In the management of practically all areas of the university activities - from students` health care to defining the perspectives of future development - a prominent role is played by specialized committees, which include representatives of the faculties, structural subdivisions and administration. As a rule, the committee members` term of office is two years, and then there is a mandatory rotation. Therefore, every teacher is able to become acquainted with different facets of university activities during several years of his/her service. The functions of the committees are to prepare, discuss and make relevant decisions or adopt their drafts.

At the faculty level, the main governing body is an Academic Council. Its meetings are regularly held once a month, while extraordinary meetings are convened as required. Its powers may be divided in two groups - decision making (issues falling under the purview of the faculty) and advisory (any issues requiring an opinion of the faculty). Two facets of Academic Council`s activities, which are specific to Japan, should be noted: firstly, high quality of organizational and informational preparation, and secondly, the desire to take a decision by consensus (i.e. to continue the discussion until everybody runs out of objections). The first feature deserves the highest credit, as the distribution of the accompanying materials and draft decisions, mandatory approving of the minutes etc. demonstrate both remarkable information sharing among the teaching staff and a presence of an effective feedback. The second feature is attractive in theory, but in practice results in serious procrastination, and sometimes makes any decision-making impossible. It is, indeed, quite difficult to reach a consensus when no participant takes direct responsibility while the majority of them are eloquent and considered to be experts in university management.

The teacher recruitment is organized by the rector who does it by himself in some cases, but most often entrusts it to the faculties and approves their decisions. Before acquiring a corporation status, the state and public universities` staff were considered to be public servants of state, prefecture and municipal level. They were recruited on a full-time basis; the level and system of remuneration were equivalent to those for public servant of a particular rank (e.g. a professor equals to the head of a Ministry Department, prefecture or municipality). After 2004, a fixed-term contract employment, flexible payment and other changes have become possible. Instead of retired professors, many universities began to employ staff on a temporary basis with a lower remuneration (without bonus payments). This allowed saving money but led to negative changes in the structure of the teaching staff. However, in general, temporary employment and irregular wage systems are applied in limited cases, mainly to the staff of the affiliated research subdivisions.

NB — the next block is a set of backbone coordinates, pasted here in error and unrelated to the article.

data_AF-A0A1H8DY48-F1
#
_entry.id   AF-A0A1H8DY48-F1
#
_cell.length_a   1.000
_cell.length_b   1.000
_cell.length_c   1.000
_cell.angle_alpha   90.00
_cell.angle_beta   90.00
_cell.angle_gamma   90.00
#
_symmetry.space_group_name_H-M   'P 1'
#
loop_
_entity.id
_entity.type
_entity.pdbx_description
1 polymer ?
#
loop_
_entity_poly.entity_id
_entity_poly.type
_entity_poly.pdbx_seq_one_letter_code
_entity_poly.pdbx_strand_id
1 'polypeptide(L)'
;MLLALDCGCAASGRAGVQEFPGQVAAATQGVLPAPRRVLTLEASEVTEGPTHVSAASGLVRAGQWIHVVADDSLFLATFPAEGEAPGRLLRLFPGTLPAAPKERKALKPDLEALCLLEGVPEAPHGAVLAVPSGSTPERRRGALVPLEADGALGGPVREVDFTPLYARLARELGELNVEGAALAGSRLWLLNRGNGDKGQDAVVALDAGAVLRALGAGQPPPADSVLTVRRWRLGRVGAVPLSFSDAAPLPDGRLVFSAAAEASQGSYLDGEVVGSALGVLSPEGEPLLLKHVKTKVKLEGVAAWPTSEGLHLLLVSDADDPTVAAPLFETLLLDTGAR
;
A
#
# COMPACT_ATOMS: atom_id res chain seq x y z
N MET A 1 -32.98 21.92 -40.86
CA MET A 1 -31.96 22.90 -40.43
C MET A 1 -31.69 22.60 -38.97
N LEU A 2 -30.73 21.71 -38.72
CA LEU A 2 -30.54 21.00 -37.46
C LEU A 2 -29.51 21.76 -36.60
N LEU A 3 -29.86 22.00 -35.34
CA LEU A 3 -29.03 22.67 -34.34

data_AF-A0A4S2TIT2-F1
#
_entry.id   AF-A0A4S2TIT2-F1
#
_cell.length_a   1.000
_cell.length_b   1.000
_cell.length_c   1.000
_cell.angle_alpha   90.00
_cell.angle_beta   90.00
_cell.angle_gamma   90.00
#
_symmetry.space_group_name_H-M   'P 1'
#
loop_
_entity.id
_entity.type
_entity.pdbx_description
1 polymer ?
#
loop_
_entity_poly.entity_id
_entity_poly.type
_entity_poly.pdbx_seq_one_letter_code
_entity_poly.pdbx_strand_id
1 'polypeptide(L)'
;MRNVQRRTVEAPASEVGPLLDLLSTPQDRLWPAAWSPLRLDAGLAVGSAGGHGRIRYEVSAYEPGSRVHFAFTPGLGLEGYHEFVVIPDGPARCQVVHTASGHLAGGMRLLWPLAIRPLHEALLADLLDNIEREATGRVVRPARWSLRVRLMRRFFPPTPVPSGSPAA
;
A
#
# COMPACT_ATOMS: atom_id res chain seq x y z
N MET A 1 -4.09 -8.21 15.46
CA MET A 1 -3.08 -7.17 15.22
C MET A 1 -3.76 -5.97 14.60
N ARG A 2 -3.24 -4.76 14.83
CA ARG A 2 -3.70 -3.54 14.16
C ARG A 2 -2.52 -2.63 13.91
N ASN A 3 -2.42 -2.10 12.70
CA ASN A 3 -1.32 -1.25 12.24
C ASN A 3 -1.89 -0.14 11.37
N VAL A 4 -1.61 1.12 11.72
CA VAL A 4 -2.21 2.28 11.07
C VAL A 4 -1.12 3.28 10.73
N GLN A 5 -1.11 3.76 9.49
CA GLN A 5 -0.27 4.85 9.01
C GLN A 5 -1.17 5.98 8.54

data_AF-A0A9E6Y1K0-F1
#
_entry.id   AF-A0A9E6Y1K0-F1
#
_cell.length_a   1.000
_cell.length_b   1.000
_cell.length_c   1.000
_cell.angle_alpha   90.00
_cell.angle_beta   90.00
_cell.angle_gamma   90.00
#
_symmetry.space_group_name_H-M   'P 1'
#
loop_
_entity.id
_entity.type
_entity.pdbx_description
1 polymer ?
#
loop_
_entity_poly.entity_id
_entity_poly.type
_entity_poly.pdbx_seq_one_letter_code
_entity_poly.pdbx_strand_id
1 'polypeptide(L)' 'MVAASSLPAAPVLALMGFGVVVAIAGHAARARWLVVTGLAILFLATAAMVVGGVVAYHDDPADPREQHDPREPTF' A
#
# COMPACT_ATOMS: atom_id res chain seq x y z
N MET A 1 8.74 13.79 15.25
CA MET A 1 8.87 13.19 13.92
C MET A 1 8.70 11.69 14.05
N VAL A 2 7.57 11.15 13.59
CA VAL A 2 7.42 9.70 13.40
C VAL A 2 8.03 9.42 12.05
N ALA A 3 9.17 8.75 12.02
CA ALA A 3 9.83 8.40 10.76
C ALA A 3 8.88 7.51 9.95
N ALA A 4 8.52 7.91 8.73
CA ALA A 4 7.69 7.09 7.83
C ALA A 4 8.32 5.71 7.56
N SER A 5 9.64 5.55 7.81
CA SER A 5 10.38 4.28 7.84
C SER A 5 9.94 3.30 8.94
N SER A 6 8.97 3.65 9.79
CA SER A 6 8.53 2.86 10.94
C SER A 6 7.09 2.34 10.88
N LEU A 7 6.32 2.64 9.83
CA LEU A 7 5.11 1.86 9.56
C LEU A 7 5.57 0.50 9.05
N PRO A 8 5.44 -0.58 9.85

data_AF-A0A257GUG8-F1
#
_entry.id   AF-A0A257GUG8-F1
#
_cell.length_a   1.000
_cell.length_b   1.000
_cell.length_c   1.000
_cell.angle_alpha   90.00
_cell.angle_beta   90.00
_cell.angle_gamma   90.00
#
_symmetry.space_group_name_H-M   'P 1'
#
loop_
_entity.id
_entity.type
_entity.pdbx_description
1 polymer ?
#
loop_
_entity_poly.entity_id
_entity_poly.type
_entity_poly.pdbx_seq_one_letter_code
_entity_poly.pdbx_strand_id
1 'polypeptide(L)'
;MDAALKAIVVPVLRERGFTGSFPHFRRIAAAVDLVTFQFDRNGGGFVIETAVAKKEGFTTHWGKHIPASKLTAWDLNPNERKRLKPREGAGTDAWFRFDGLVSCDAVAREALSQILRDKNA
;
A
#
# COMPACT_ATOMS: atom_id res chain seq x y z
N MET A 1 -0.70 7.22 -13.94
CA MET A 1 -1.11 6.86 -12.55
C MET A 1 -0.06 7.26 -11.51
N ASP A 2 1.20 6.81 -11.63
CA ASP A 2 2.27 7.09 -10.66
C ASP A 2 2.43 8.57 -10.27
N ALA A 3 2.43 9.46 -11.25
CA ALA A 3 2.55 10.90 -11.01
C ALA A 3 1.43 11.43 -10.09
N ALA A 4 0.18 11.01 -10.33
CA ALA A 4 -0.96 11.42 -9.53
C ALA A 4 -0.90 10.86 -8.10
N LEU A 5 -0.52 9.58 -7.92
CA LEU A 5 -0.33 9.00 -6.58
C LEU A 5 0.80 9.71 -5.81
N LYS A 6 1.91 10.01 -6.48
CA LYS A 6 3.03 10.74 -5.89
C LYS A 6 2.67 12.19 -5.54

The positions of teachers in Japanese universities correspond fairly closely to the European and American standards: teacher, assistant, assistant professor, professor. The decision on position awarding is rendered by the Academic Council based on the results of research and academic activities. The salaries are increased annually in accordance with their age and title. For instance, with all other conditions being equal, 45-year old professor earns almost as much as 50-year old assistant professor.

The retirement age is 60-63 at state, 65 at public and 70 at private universities. After attaining this age the staff is required to retire. Upon their retirement, the staff members of the state and public universities may become employed at private universities and continue for another 5-10 years. Contract amount and terms are determined individually.

The procedure for student enrolment is established by the universities and is stringent for popular and moderate for unpopular educational institutions. State, public and the strongest private universities take into account the results of the unified exam by the Assessment Center (a Japanese equivalent of the Unified State Examination in Russia) and the results of the 3-6 university entrance exams. The majority of regional, public and private universities also establish quotas for enrolment, based on the recommendation of local and affiliated schools and results of a small essay and an interview. The competition levels at the state and public universities constitute 4-5 applicants per place while the competition levels at private universities differ so significantly, that any average value is meaningless.